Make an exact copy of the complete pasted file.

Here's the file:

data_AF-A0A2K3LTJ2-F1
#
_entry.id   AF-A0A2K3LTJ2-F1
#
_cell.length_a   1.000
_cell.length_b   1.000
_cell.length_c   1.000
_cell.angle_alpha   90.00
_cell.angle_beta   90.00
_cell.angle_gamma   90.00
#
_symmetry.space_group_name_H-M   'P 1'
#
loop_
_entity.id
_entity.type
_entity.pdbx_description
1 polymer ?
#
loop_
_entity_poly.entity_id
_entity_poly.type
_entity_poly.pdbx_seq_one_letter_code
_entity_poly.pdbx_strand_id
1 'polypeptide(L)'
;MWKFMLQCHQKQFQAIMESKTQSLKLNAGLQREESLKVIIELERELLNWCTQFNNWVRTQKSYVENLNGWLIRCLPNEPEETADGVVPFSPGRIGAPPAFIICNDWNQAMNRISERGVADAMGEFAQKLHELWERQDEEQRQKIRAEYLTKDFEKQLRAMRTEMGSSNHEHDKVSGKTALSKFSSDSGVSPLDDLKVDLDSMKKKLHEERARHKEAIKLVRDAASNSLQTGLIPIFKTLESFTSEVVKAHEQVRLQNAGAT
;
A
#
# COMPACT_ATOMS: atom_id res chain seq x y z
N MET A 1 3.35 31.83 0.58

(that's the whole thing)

data_AF-A0A2K3LTJ2-F1
#
_entry.id   AF-A0A2K3LTJ2-F1
#
_cell.length_a   1.000
_cell.length_b   1.000
_cell.length_c   1.000
_cell.angle_alpha   90.00
_cell.angle_beta   90.00
_cell.angle_gamma   90.00
#
_symmetry.space_group_name_H-M   'P 1'
#
loop_
_entity.id
_entity.type
_entity.pdbx_description
1 polymer ?
#
loop_
_entity_poly.entity_id
_entity_poly.type
_entity_poly.pdbx_seq_one_letter_code
_entity_poly.pdbx_strand_id
1 'polypeptide(L)'
;MWKFMLQCHQKQFQAIMESKTQSLKLNAGLQREESLKVIIELERELLNWCTQFNNWVRTQKSYVENLNGWLIRCLPNEPEETADGVVPFSPGRIGAPPAFIICNDWNQAMNRISERGVADAMGEFAQKLHELWERQDEEQRQKIRAEYLTKDFEKQLRAMRTEMGSSNHEHDKVSGKTALSKFSSDSGVSPLDDLKVDLDSMKKKLHEERARHKEAIKLVRDAASNSLQTGLIPIFKTLESFTSEVVKAHEQVRLQNAGAT
;
A
#
# COMPACT_ATOMS: atom_id res chain seq x y z
N MET A 1 3.35 31.83 0.58